"When a man begins to feel that he is the only one who can lead in this republic, he is guilty of treason to the spirit of our institutions." This quote, by Calvin Coolidge, shares a major aspect of the cooperative spirit in how we govern America.

The United States is a nation of laws and freedoms that balance each other. We recognize that citizens have the right to be involved in the electoral process, yet they do not have the freedom to unilaterally alter the outcome of an election. This type of activity is exactly what President Trump was referring to recently when he took to Twitter to give his opinion of how his campaign was surveilled under the Obama administration.

President Trump tweeted, "My Campaign for President was conclusively spied on. Nothing like this has ever happened in American Politics. A really bad situation. TREASON means long jail sentences, and this was TREASON!" The president is obviously, and rightfully so, not happy with being surveilled by the Obama-era FBI. He, along with many Americans, views this as one of the highest forms of dishonesty, parallel to political espionage. But, was this unprecedented use of surveillance on a political candidate treasonous? Americans have varying opinions on the matter ranging from completely acceptable behavior, to sedition, or even actual treason.

The legal definition of treason can be found in 18 U.S. Code § 2381: "Whoever, owing allegiance to the United States, levies war against them or adheres to their enemies, giving them aid and comfort within the United States or elsewhere, is guilty of treason and shall suffer death, or shall be imprisoned not less than five years and fined under this title but not less than $10,000; and shall be incapable of holding any office under the United States." While a conviction of treason comes with the possible consequence of the death penalty, no American has been convicted and sentenced to death for treason since 1952. Even then, Tomoya Kawakita, had his sentence commuted to life and subsequently was expelled from the U.S. to live in Japan.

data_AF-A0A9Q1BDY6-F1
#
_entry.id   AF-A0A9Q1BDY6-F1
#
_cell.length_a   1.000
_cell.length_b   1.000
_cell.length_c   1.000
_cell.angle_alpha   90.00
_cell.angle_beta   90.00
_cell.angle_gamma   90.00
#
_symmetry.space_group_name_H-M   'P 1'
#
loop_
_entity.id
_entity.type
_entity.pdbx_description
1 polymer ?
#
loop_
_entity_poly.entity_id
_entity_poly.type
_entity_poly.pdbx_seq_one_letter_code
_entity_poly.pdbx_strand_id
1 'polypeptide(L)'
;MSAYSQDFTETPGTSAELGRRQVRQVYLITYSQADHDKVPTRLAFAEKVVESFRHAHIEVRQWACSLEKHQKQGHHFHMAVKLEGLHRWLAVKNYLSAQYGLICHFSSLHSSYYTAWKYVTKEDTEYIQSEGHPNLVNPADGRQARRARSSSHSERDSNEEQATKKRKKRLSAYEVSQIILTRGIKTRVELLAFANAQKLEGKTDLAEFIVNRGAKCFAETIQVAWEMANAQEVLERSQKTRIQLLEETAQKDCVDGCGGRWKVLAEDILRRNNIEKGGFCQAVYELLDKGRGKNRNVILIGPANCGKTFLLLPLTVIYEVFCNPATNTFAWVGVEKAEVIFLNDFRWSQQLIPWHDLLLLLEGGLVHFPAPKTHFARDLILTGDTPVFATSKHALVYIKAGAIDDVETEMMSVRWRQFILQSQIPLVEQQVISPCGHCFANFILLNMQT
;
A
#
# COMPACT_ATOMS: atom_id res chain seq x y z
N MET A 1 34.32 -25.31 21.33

The events that led up to then-candidate Trump being put under surveillance are of questionable origin and are fraught with problematic players. One situation that the president has been specifically critical of was a circumstance where a senior FBI official, Peter Strzok, and his mistress, attorney Lisa Page, engaged in conversations on a federal server where they conveyed the intent to interfere with the results of the election if it did not go the way the wanted. Congresswoman Liz Cheney, R-Wyo., expressed her concern about this kind of action on a recent episode of ABC's "This Week." She went as far as to suggest that facts could implicate former FBI director James Comey and others under the supervision of the Obama administration. "I think what is crucially important to remember here is that you had Strzok and Page, who were in charge of launching this investigation, and they were saying things like 'we must stop this president… We need an insurance policy against this president.' That, in my view, when you have people that are in the highest echelons of the law enforcement of this nation saying things like that, that sounds an awful lot like a coup. And it could well be treason. And I think that we need to know more. We need to know what was Jim Comey's role in all this? These people reported to him. Andy McCabe reported to him. What was Comey's role in that?"

Attorney General William Barr is now opening his investigation into the origins of the Trump campaign surveillance and Mueller investigation, with the full permission of the presidency, that could declassify telling evidence that will reveal the players involved in the source of the surveillance authorizations. The AG has already tapped U.S. attorney John Durham to lead his investigation. With individuals such as Barr and Durham on this case it appears the tide of investigation has begun to turn. Democrats now seem to be opposed to continued investigations.

All things considered, I believe this is truly a good thing for America right now. Many of us are tired of seeing the weight of the government swung at our president and are eager to see some of the bad actors in Washington get cut from the script.

Justin Kennedy is chair of the Cherokee County Young Republicans.